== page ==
Handling hundreds of critical patients daily without a single elevator at their disposal, the doctors and paramedical staff of Patna Medical College and Hospital are doing wonders.
Make no mistake. The hospital has five elevators. But none is used.
Of the five elevators, three are defunct for over three decades because of technical snags. The two operational — one at the Indira Gandhi critical care unit and the other at the paediatric ward — remain unused in the absence of liftmen.
The elevators standstill, patients are taken from one floor to another on trolleys. The journey through ramps often turns painful for critical patients, but the hospital authorities seemed least bothered to end their ordeal. They did not even apprise the health department of the defunct lifts.
Hospital superintendent Dr O.P. Chaudhary said: “The lifts are very old and seem to be beyond repair. I have been here for the past 15 years. The elevators stopped operating much before that. The problems of lifts can be solved only when we have new buildings and the infrastructure in place — a project that is waiting government clearance.”
The health department additional secretary, Rajendra Prasad Ojha, was on a different plane on the issue. He said: “The issue of defunct elevators was never brought to our notice. If the PMCH authorities communicate to us about it, we will renovate the lifts.”
Till the elevators are repaired or liftmen are appointed, over 400 patients taken to the Indira Gandhi critical care unit — popular as central emergency ward — daily will continue to suffer. Most of them need critical care and are shifted to the medical and the surgical intensive care units on the first and the second floor of the ward, respectively.
With none of the two elevators in the ward functional, trolleys are used to shift patients from one floor to another. Relatives of patients accompanying the trolley men fret when their dear ones are wheeled through ramps.
“When patients’ trolleys are pushed through the ramps, intra-venous tubes and urinary catheters often get detached from the ailing persons’ bodies. These problems could have been easily avoided had the elevators been working,” said a junior doctor in the ward.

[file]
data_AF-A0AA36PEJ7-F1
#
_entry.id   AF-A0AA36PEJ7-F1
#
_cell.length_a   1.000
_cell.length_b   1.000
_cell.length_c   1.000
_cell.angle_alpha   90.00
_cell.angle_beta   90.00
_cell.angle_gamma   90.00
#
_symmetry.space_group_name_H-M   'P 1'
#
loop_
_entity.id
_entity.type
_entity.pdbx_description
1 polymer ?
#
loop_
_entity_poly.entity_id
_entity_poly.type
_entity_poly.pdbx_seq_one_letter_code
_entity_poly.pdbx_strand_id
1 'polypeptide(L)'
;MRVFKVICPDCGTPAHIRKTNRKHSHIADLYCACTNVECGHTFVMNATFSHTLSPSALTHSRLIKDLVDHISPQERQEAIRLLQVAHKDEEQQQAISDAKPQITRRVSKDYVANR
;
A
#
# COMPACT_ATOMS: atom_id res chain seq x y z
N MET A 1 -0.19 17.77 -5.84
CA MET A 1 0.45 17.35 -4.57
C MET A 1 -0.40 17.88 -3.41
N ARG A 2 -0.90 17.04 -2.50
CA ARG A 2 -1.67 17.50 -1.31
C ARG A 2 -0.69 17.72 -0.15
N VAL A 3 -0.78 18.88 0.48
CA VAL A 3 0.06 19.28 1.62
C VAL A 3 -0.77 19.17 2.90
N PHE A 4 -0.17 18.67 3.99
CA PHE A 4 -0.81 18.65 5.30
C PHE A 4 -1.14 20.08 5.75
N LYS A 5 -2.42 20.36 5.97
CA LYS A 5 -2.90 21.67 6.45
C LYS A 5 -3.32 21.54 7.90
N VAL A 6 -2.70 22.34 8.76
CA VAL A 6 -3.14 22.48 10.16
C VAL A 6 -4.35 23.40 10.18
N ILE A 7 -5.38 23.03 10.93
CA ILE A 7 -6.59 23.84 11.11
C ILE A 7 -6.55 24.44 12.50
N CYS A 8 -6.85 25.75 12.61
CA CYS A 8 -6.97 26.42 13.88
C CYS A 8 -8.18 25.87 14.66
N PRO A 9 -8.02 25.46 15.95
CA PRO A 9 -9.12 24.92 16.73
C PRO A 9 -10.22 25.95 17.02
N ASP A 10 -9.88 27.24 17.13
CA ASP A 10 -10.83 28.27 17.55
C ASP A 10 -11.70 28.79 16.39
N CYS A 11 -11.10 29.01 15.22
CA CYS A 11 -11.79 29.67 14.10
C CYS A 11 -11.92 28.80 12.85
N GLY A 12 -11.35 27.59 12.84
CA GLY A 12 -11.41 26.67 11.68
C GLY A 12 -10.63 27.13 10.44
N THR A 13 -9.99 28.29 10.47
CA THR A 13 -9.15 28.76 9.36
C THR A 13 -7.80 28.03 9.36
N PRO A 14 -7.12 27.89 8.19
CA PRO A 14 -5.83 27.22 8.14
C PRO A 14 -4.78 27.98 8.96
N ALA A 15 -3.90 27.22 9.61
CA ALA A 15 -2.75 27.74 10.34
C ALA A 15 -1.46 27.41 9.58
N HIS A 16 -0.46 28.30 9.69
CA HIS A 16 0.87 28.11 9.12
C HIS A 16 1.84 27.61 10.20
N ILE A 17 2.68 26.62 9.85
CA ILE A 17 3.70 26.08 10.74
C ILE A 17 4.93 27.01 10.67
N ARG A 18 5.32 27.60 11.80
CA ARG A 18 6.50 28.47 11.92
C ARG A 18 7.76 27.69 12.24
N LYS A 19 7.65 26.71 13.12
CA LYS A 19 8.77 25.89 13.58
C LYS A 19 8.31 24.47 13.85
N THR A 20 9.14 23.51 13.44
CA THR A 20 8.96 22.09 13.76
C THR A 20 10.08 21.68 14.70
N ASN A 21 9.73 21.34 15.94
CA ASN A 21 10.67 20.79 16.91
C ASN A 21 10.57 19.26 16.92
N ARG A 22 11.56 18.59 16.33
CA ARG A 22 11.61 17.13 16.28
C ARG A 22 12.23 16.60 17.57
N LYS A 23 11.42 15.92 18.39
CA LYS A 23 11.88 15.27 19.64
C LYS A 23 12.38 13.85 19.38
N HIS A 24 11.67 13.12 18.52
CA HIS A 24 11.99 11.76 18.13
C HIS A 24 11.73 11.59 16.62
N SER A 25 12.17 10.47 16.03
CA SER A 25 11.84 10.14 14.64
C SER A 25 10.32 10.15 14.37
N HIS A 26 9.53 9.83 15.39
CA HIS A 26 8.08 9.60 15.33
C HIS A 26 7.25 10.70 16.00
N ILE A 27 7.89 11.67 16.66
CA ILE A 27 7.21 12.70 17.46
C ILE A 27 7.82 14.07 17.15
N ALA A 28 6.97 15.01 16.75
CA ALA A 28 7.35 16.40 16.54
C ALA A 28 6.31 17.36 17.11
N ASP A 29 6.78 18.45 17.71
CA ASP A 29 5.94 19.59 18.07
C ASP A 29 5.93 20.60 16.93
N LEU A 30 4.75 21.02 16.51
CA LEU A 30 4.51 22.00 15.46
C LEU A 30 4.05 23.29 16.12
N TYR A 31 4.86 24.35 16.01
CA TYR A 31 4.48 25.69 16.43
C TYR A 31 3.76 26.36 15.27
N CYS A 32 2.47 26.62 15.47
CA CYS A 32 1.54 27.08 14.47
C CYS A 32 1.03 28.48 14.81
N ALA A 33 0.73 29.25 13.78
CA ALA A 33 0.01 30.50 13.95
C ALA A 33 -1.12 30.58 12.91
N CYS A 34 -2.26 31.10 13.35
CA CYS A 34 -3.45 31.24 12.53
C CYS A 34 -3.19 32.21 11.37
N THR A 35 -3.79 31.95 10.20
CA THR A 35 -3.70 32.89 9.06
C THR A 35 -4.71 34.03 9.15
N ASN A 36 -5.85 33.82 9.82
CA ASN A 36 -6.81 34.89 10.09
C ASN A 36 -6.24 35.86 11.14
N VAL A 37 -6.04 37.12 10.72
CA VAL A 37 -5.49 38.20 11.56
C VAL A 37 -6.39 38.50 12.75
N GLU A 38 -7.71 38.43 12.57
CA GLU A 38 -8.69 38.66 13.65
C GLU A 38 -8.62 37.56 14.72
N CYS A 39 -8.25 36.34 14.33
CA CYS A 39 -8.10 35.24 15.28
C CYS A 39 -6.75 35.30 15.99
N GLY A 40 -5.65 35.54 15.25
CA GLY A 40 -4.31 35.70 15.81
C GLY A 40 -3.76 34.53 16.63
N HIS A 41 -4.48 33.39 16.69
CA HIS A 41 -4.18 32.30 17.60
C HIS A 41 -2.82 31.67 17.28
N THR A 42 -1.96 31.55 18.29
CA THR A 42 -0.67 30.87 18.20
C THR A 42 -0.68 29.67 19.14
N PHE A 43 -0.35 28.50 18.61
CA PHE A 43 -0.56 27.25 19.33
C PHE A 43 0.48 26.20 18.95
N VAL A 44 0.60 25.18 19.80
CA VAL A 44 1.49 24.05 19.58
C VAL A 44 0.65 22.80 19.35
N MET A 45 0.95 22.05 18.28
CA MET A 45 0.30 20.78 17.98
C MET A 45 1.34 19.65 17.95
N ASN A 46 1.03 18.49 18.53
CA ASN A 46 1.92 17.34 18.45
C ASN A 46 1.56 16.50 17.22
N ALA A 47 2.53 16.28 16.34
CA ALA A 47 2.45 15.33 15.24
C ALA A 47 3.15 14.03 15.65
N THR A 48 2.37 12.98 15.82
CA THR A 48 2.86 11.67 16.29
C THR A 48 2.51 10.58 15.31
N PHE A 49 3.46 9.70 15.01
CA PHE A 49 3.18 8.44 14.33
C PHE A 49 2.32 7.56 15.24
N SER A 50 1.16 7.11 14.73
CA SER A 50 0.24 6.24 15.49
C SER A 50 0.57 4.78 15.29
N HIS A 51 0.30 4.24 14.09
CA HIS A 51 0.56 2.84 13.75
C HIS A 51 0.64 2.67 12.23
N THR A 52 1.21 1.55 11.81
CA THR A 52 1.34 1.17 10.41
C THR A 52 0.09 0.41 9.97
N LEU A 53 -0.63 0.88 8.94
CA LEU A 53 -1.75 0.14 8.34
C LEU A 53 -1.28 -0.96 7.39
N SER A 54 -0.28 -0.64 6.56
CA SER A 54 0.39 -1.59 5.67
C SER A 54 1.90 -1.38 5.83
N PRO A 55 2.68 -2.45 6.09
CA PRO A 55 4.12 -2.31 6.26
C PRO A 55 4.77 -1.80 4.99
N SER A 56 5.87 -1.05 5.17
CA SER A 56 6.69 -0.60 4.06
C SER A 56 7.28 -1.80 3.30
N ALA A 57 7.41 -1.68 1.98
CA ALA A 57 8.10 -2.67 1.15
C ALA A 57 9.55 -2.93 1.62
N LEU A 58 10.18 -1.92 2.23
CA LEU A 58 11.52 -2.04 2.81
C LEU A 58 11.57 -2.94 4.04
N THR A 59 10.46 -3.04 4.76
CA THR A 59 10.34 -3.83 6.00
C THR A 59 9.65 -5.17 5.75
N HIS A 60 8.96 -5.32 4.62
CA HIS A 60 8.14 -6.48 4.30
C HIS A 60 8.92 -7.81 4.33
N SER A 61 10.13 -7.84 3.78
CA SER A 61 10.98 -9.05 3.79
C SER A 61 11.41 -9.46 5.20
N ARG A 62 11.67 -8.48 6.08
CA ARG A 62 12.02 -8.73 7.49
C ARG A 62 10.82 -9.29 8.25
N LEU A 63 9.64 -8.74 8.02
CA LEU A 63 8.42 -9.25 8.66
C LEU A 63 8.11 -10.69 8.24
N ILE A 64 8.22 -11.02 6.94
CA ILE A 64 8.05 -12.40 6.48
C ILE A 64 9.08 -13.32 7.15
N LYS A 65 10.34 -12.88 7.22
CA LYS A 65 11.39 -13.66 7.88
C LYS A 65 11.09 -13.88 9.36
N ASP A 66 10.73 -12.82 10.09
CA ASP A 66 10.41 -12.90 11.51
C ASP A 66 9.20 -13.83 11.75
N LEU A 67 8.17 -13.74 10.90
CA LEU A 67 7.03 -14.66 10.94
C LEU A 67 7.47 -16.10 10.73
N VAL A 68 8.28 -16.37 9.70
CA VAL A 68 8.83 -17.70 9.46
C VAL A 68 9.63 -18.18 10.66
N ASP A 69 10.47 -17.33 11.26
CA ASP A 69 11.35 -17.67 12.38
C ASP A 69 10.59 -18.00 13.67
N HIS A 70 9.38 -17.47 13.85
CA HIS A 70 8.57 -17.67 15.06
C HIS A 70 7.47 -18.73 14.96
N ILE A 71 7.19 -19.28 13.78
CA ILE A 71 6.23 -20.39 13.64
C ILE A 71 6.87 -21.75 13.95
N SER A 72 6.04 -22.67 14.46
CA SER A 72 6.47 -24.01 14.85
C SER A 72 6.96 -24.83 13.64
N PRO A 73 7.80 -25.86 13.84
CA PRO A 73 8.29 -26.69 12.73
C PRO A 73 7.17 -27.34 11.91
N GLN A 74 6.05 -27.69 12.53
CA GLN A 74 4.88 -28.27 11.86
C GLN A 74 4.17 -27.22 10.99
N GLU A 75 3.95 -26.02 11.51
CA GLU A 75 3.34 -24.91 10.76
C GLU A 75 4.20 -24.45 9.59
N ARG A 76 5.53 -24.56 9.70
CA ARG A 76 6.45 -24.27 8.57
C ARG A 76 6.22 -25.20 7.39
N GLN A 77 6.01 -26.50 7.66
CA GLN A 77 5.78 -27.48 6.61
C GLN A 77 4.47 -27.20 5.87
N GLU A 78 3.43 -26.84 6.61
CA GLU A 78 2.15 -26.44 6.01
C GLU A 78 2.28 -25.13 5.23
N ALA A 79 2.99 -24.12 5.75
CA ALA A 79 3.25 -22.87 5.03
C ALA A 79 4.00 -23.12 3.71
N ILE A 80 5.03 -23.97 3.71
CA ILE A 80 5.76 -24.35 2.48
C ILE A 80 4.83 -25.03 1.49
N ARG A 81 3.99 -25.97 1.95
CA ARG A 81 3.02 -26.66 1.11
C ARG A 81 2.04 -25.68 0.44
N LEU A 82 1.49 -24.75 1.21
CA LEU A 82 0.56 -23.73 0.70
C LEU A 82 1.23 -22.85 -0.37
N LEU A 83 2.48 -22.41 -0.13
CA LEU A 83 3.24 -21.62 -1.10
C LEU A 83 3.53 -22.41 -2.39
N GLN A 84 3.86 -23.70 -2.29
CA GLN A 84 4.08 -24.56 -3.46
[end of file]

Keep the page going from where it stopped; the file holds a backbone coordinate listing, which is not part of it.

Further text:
Cut to the Rajendra surgical ward. It houses several departments like surgery, plastic surgery and pathology.
The building has an elevator, but nobody has seen it function for ages. Trolleys are the only mode of shifting patients from floor to floor.
Dr J.P. Gupta, a senior surgeon with the hospital, said: “I saw the lift working in the ward when I was a student here between 1965 and 1970. It was a sort of novelty then. But after I joined the hospital, I never saw it moving. For the past 30 years, it is standstill. The lift tunnel has become a sort of a dump yard now, where people chuck litter.”
The Hathwa ward, the oldest and the biggest of all, has a spacious elevator. Fitted before Independence, nobody working at the hospital at present has ever seen it operate in decades.
“The elevator in the ward looks rusty. We do not even expect it to work and urge patients or attendants to use either the staircase or the ramps,” said a para-medical staff.
The paediatric ward has a functional elevator but it remains locked 24x7 because there is no liftman to operate it.
“I often need to take my eight-year-old son, undergoing treatment in a third floor room, outside the hospital for pathological test. I carry him through the stairs on my lap as the lift does not work. Carrying him on a trolley through the ramps is inconvenient and risky,” said Samvad Mishra.
Samvad’s pain is in a way PMCH’s gain because the hospital does not have to spend a penny on the five elevators in the health hub.
PMCH manager Alok Ranjan said: “As the three elevators have not been working, no money is spent on their upkeep. The two operational but never used because of manpower shortage are taken care of by the electricity board.”